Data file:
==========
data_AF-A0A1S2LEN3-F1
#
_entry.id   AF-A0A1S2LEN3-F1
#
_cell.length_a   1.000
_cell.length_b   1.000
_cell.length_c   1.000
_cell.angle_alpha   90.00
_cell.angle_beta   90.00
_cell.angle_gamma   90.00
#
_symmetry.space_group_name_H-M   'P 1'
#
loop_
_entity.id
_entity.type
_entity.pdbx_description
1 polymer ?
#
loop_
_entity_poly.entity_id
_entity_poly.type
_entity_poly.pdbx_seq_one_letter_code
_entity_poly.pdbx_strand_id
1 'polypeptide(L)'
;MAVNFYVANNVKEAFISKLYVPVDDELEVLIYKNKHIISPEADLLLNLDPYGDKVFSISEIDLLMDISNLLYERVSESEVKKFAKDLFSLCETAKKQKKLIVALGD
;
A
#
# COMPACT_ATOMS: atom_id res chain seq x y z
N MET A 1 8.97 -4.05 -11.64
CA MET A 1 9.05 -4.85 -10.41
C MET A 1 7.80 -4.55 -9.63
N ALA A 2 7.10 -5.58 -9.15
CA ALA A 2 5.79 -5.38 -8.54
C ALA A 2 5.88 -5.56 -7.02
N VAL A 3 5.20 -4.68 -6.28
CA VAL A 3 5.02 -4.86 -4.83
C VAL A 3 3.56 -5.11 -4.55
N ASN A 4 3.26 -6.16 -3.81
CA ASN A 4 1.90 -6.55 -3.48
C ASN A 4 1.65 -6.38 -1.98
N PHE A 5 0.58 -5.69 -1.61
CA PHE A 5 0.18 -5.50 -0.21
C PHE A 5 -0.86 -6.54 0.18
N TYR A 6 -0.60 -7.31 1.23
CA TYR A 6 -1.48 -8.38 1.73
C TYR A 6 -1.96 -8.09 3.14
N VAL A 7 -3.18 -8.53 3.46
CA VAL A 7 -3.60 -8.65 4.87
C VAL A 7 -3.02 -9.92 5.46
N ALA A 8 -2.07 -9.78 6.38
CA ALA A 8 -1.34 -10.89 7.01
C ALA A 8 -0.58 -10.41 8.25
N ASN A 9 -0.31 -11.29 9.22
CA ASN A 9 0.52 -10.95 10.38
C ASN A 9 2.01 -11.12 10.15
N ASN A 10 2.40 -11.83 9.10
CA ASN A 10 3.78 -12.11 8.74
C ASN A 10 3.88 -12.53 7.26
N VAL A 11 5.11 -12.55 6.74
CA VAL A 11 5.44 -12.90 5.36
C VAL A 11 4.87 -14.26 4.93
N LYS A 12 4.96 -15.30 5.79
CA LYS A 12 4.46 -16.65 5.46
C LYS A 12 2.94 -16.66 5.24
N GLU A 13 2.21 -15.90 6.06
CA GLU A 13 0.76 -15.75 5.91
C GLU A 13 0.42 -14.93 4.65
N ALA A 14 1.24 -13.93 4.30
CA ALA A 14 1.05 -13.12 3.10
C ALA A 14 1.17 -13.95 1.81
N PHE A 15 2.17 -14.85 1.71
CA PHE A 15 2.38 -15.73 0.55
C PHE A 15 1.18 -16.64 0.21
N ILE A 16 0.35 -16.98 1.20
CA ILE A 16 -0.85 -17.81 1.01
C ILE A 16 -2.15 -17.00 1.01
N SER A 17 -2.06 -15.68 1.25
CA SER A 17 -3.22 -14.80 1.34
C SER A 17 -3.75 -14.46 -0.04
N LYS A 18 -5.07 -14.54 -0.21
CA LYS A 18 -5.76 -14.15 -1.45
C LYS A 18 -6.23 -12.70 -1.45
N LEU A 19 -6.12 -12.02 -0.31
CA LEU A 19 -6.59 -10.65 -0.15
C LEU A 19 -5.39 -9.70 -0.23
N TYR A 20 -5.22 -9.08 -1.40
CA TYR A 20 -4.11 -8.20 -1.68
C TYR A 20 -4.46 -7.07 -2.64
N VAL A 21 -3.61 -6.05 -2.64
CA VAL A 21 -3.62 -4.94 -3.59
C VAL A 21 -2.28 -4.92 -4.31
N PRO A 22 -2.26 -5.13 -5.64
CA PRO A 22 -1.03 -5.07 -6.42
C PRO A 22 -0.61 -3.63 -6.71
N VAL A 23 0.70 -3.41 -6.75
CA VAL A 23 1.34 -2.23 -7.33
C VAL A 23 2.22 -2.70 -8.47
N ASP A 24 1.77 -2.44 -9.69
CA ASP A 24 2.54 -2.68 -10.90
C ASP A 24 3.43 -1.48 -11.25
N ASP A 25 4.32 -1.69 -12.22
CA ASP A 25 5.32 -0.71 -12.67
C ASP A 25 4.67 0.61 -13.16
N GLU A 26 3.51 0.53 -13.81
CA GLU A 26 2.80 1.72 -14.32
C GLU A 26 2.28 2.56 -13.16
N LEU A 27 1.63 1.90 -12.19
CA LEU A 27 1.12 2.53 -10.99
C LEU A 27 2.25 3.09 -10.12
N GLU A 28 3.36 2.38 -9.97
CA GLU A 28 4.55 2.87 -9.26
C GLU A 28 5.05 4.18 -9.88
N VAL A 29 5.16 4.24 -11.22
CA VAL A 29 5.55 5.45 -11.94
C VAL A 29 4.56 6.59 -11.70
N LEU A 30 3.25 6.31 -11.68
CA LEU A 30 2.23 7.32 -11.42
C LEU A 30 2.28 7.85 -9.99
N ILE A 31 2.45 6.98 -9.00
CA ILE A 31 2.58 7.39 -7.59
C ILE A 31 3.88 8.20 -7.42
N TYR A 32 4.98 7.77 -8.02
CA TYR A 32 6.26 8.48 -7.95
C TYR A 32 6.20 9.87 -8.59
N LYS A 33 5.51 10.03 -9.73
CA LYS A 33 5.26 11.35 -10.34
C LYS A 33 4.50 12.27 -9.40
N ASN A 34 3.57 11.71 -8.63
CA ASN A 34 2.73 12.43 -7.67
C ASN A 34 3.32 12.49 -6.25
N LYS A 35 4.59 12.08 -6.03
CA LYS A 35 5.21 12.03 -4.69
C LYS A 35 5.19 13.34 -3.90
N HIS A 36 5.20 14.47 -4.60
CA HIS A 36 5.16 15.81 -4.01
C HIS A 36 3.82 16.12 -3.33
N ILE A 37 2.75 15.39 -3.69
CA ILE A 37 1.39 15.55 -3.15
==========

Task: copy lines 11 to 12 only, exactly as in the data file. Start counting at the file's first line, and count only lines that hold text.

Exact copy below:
#
_symmetry.space_group_name_H-M   'P 1'